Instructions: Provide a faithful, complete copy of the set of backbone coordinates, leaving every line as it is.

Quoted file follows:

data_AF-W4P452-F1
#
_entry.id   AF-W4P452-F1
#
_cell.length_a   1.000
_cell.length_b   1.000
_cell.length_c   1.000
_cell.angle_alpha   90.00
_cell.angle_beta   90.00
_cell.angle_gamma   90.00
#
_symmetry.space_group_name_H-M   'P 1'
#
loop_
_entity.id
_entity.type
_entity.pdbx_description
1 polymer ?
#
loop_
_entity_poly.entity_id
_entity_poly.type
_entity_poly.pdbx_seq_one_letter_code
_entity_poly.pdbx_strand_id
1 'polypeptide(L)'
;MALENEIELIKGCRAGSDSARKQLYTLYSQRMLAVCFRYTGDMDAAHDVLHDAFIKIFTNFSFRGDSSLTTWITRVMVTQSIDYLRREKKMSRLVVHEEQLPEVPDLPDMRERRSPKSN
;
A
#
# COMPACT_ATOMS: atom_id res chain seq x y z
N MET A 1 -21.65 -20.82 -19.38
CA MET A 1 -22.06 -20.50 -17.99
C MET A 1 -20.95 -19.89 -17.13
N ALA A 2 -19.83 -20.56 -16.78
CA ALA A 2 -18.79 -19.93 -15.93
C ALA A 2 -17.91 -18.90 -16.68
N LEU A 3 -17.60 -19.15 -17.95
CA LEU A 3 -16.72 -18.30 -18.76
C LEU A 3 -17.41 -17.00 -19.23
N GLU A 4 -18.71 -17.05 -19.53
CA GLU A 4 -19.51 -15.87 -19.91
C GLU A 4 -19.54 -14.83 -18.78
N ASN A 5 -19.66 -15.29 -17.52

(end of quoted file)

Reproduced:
data_AF-W4P452-F1
#
_entry.id   AF-W4P452-F1
#
_cell.length_a   1.000
_cell.length_b   1.000
_cell.length_c   1.000
_cell.angle_alpha   90.00
_cell.angle_beta   90.00
_cell.angle_gamma   90.00
#
_symmetry.space_group_name_H-M   'P 1'
#
loop_
_entity.id
_entity.type
_entity.pdbx_description
1 polymer ?
#
loop_
_entity_poly.entity_id
_entity_poly.type
_entity_poly.pdbx_seq_one_letter_code
_entity_poly.pdbx_strand_id
1 'polypeptide(L)'
;MALENEIELIKGCRAGSDSARKQLYTLYSQRMLAVCFRYTGDMDAAHDVLHDAFIKIFTNFSFRGDSSLTTWITRVMVTQSIDYLRREKKMSRLVVHEEQLPEVPDLPDMRERRSPKSN
;
A
#
# COMPACT_ATOMS: atom_id res chain seq x y z
N MET A 1 -21.65 -20.82 -19.38
CA MET A 1 -22.06 -20.50 -17.99
C MET A 1 -20.95 -19.89 -17.13
N ALA A 2 -19.83 -20.56 -16.78
CA ALA A 2 -18.79 -19.93 -15.93
C ALA A 2 -17.91 -18.90 -16.68
N LEU A 3 -17.60 -19.15 -17.95
CA LEU A 3 -16.72 -18.30 -18.76
C LEU A 3 -17.41 -17.00 -19.23
N GLU A 4 -18.71 -17.05 -19.53
CA GLU A 4 -19.51 -15.87 -19.91
C GLU A 4 -19.54 -14.83 -18.78
N ASN A 5 -19.66 -15.29 -17.52